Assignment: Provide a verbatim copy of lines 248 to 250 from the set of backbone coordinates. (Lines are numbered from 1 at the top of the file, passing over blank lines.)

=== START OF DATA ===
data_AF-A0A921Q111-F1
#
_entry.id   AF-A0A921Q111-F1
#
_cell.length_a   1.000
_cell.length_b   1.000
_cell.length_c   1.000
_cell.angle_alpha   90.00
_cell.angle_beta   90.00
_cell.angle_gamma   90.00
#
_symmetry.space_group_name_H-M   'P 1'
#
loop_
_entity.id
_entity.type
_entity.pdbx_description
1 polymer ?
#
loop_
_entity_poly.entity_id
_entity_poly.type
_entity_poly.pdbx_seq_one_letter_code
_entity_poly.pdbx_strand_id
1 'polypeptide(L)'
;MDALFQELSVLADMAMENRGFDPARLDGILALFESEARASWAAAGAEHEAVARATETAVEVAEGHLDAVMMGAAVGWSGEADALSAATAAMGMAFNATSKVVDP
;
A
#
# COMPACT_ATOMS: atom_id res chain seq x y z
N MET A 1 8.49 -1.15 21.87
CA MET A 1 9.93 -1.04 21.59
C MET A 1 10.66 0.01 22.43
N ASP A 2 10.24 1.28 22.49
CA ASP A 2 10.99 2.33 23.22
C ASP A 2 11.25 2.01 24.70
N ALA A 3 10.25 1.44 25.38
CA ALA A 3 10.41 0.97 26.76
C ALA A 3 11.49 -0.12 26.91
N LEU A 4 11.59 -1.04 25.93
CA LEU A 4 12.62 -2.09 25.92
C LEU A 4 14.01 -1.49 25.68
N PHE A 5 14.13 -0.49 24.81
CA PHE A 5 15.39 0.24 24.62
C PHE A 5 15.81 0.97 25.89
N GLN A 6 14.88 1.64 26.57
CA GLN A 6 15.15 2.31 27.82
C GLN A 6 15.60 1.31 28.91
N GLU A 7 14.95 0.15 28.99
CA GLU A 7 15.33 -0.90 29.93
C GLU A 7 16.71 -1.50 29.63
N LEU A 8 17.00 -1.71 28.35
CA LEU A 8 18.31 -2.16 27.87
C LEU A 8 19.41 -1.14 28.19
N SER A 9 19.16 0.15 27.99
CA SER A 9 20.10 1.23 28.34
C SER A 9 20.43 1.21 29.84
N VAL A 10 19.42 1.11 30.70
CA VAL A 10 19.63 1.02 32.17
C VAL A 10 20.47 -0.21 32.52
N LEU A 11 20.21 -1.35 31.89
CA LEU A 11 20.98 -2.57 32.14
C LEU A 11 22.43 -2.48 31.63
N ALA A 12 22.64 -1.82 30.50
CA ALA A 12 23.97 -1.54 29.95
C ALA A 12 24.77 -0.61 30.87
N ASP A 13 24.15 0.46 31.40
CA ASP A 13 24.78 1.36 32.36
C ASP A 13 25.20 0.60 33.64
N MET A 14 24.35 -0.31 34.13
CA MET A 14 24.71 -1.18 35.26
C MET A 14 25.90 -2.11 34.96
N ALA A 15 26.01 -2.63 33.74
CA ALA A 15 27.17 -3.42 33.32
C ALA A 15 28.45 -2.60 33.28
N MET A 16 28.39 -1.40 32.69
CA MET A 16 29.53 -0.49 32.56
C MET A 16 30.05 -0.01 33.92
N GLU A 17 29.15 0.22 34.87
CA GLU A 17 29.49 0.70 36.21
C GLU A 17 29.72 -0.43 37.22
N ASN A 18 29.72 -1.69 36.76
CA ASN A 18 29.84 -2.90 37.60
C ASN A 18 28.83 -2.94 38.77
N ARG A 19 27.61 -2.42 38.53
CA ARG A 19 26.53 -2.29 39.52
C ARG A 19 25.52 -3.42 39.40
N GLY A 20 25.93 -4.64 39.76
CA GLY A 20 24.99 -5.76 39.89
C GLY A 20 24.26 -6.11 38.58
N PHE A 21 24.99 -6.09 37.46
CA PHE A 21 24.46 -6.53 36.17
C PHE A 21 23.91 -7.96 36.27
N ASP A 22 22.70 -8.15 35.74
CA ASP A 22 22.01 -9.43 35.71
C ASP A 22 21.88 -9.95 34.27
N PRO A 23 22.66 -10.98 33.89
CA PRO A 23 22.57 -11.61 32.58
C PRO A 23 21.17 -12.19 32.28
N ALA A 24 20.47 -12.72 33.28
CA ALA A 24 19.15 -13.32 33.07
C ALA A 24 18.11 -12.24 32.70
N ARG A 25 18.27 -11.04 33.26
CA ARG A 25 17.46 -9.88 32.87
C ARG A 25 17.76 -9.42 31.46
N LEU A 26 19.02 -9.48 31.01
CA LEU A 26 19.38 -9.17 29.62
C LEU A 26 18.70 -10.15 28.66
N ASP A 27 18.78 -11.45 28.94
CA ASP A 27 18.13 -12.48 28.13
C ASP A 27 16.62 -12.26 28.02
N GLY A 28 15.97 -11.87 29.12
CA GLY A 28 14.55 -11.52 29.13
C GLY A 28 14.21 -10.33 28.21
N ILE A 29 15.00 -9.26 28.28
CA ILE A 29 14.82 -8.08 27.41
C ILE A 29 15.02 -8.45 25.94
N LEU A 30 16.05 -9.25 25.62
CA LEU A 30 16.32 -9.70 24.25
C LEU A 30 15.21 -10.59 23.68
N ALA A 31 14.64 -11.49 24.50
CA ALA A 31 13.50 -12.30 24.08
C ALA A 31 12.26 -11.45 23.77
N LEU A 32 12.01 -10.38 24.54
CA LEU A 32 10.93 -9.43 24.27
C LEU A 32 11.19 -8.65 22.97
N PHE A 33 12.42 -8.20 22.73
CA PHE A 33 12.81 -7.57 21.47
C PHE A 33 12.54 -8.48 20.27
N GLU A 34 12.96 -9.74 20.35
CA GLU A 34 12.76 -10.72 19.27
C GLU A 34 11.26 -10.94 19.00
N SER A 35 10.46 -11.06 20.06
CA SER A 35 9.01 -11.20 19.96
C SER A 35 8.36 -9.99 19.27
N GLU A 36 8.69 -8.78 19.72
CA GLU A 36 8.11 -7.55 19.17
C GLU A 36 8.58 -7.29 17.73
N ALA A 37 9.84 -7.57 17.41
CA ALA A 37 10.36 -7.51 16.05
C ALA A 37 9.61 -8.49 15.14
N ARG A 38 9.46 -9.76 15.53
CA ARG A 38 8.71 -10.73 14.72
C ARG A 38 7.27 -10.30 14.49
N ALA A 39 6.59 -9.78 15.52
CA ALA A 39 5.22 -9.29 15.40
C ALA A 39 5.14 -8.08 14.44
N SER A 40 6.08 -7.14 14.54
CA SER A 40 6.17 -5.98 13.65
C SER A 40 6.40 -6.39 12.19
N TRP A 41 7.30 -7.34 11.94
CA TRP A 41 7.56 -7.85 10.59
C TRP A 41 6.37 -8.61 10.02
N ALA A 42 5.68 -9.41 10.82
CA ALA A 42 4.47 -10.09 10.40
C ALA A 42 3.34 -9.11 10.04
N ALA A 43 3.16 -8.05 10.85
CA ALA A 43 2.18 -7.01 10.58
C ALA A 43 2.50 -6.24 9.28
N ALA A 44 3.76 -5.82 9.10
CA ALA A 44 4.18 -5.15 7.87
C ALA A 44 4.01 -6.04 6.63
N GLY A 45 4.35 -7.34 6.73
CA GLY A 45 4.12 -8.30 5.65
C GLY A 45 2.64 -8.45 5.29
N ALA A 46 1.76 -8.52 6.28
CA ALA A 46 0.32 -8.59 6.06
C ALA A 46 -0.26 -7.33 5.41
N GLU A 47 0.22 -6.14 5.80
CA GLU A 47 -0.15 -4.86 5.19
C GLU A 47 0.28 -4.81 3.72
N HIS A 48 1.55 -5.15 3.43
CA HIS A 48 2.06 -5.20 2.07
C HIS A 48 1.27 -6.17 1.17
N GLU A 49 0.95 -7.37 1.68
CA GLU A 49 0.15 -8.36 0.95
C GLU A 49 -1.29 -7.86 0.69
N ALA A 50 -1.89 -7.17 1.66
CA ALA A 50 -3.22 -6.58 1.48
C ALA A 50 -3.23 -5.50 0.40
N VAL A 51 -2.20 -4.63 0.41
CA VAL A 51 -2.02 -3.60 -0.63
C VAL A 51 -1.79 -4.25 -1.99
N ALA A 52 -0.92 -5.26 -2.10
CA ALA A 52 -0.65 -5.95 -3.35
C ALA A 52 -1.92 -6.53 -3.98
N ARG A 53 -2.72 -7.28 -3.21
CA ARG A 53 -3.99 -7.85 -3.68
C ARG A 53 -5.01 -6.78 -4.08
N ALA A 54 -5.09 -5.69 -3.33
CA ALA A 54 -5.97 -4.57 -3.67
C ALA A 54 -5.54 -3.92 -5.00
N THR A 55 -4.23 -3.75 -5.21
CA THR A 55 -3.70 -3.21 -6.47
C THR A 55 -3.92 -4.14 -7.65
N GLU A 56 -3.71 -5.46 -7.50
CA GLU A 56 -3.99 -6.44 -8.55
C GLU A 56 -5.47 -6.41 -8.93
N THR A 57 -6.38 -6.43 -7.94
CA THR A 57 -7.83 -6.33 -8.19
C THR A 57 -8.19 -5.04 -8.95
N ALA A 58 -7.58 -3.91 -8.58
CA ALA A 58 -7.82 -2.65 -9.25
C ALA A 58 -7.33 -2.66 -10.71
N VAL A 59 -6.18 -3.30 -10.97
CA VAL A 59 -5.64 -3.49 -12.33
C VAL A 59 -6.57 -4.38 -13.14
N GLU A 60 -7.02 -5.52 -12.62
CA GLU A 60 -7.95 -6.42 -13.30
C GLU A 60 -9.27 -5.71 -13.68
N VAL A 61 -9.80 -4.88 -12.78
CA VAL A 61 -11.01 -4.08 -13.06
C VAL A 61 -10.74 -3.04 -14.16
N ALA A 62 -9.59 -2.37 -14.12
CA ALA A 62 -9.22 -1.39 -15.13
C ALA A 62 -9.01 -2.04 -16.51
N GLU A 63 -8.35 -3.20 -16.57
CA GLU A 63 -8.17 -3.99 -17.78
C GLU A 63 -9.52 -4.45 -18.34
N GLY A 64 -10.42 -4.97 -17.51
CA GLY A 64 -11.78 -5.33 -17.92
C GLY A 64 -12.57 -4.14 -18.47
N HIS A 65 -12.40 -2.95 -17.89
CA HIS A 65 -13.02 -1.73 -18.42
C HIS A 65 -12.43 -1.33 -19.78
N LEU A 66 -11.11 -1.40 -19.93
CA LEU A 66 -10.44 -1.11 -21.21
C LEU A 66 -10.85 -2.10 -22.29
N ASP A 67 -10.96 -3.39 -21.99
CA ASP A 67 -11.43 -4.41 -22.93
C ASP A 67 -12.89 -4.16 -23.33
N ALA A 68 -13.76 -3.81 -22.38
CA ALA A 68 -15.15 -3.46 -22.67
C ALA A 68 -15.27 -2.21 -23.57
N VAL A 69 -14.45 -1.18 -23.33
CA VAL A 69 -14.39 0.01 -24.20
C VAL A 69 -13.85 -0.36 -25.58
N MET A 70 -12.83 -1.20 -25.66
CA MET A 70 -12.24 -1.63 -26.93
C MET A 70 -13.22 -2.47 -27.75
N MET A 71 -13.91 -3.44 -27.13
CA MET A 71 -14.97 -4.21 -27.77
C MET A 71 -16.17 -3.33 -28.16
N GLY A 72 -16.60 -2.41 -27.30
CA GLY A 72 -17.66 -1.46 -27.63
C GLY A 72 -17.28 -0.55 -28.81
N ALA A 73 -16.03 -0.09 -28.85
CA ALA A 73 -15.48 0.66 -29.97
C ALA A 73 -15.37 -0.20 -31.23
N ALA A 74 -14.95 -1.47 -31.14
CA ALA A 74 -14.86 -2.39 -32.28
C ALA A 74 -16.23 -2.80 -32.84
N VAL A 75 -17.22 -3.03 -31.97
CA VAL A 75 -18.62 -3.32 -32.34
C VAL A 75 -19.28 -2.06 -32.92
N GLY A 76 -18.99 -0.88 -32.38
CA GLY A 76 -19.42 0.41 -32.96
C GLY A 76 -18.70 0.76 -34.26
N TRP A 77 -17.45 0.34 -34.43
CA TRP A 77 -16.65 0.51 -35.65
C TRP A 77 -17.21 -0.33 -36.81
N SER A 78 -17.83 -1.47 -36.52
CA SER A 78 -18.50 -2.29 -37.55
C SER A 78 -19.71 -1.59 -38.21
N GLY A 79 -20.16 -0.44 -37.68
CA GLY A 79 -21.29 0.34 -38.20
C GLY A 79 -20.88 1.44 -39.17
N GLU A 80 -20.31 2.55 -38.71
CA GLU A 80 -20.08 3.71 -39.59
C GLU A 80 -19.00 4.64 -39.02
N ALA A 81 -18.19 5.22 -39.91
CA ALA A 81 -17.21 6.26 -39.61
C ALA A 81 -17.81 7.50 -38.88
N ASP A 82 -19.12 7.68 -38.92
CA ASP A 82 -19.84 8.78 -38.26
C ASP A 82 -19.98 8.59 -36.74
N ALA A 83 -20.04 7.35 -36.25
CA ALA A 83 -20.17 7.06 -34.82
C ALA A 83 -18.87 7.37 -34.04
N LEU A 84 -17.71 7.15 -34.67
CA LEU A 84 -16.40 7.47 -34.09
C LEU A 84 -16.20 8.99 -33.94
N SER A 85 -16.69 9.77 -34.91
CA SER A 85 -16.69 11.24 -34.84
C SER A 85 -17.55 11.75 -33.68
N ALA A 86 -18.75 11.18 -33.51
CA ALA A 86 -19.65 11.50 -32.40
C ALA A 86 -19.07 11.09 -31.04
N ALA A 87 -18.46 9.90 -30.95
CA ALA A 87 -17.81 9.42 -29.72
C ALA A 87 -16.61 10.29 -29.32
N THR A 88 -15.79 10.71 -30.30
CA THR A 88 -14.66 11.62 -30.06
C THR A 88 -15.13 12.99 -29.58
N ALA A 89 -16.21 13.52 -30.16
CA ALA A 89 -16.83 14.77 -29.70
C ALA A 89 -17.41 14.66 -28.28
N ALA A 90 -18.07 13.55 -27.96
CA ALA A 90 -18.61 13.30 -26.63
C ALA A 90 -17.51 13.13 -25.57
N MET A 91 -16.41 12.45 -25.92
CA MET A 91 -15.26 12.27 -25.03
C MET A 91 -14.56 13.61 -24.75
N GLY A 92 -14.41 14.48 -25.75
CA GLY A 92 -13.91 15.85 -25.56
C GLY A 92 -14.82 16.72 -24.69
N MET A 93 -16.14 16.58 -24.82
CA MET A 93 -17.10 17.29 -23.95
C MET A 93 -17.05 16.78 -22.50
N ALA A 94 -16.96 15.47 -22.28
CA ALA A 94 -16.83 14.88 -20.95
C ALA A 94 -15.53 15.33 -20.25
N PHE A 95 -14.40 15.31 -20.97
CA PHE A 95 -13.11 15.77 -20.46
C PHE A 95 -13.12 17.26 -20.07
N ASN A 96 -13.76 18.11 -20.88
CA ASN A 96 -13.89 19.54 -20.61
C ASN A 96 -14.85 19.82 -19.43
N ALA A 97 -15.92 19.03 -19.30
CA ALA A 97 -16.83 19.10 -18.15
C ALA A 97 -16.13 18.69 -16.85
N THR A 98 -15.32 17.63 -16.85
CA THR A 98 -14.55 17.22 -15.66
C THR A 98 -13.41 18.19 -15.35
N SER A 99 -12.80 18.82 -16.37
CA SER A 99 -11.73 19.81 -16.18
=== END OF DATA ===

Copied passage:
CA ALA A 73 -15.48 0.66 -29.97
C ALA A 73 -15.37 -0.20 -31.23
N ALA A 74 -14.95 -1.47 -31.14